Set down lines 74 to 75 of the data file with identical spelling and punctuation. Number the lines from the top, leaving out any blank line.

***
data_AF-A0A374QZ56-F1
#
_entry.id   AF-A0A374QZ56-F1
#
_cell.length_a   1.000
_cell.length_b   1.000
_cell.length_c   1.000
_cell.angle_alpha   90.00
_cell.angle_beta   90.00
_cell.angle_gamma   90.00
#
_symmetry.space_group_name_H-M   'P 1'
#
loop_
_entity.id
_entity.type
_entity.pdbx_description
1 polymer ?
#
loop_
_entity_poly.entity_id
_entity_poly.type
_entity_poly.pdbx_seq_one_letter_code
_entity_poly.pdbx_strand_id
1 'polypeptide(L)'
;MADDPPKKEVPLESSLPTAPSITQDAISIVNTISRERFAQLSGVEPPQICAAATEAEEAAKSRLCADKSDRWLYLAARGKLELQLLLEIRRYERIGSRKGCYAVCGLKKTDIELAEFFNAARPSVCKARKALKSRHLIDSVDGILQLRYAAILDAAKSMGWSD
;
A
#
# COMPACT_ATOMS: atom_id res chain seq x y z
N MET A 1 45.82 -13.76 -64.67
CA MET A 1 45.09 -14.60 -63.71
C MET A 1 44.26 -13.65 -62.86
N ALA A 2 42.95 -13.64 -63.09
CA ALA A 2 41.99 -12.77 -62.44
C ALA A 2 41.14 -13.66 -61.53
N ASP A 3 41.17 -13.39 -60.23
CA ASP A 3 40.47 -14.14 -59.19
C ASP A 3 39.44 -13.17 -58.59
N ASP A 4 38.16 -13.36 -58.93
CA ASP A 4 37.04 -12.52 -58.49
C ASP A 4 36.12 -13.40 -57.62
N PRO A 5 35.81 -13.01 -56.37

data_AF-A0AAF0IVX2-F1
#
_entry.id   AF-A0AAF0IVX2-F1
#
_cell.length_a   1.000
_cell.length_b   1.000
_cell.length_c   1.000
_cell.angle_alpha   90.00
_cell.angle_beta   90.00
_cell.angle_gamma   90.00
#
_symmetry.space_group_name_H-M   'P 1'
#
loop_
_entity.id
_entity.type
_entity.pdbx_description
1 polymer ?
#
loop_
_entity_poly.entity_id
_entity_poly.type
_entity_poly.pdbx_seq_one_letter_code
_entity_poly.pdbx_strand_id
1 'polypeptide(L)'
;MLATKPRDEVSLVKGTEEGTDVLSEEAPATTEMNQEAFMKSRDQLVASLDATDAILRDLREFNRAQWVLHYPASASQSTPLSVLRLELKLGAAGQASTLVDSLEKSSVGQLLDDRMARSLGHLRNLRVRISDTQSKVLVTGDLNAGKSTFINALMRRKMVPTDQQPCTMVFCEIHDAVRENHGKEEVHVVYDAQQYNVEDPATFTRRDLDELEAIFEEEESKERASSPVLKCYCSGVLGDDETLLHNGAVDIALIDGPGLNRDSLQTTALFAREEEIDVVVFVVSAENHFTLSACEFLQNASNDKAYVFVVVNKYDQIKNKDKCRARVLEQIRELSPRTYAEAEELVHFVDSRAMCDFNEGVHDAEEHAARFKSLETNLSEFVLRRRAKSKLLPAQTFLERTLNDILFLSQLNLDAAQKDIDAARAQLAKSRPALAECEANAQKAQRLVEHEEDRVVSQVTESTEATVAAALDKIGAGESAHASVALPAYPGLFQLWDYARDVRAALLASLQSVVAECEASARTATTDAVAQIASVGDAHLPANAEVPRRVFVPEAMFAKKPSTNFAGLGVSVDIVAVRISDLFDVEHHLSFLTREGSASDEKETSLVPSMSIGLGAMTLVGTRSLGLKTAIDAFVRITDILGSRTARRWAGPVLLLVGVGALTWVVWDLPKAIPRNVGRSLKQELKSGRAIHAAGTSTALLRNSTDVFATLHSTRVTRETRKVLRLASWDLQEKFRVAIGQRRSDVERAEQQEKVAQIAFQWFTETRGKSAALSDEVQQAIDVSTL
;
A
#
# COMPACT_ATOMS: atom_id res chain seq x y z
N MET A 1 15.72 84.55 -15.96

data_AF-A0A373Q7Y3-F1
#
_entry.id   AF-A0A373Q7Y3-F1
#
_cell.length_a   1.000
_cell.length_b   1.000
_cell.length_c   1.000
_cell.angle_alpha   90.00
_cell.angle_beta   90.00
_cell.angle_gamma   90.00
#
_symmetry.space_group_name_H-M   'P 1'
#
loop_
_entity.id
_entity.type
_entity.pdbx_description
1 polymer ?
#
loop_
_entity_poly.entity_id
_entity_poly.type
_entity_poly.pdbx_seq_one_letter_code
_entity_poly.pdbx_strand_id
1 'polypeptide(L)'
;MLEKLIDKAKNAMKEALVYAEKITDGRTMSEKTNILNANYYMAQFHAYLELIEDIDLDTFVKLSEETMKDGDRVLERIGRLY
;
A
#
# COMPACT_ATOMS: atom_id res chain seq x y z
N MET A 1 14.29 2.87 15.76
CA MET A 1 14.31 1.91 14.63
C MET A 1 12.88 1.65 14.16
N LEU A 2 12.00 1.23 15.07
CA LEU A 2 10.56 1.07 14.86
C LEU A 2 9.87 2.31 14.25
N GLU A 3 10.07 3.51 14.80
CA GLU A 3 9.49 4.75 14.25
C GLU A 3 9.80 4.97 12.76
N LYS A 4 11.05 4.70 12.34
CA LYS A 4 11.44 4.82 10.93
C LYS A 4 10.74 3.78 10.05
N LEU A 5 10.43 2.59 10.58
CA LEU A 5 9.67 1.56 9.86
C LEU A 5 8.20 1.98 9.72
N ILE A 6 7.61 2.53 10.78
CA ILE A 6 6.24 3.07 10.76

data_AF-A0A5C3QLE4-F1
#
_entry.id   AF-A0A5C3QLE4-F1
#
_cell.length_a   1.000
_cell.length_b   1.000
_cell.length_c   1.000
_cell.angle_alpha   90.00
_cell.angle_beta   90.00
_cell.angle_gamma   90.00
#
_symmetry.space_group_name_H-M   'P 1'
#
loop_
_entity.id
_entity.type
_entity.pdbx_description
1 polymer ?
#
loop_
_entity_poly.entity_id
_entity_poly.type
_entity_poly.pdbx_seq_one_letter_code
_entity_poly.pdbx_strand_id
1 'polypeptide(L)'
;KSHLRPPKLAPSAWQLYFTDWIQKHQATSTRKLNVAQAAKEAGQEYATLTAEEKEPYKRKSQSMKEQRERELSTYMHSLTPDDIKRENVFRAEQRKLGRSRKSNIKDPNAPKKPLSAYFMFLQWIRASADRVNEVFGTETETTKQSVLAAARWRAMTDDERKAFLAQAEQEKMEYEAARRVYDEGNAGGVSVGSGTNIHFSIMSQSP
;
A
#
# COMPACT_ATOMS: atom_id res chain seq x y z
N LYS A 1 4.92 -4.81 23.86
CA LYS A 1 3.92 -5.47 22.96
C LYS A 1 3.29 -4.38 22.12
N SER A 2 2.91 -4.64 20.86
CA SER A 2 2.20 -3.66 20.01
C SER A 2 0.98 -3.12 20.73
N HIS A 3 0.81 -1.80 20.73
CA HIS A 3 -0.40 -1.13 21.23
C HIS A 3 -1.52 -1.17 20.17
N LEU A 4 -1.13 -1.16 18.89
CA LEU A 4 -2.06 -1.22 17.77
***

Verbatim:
N MET A 1 15.72 84.55 -15.96

data_AF-A0A373Q7Y3-F1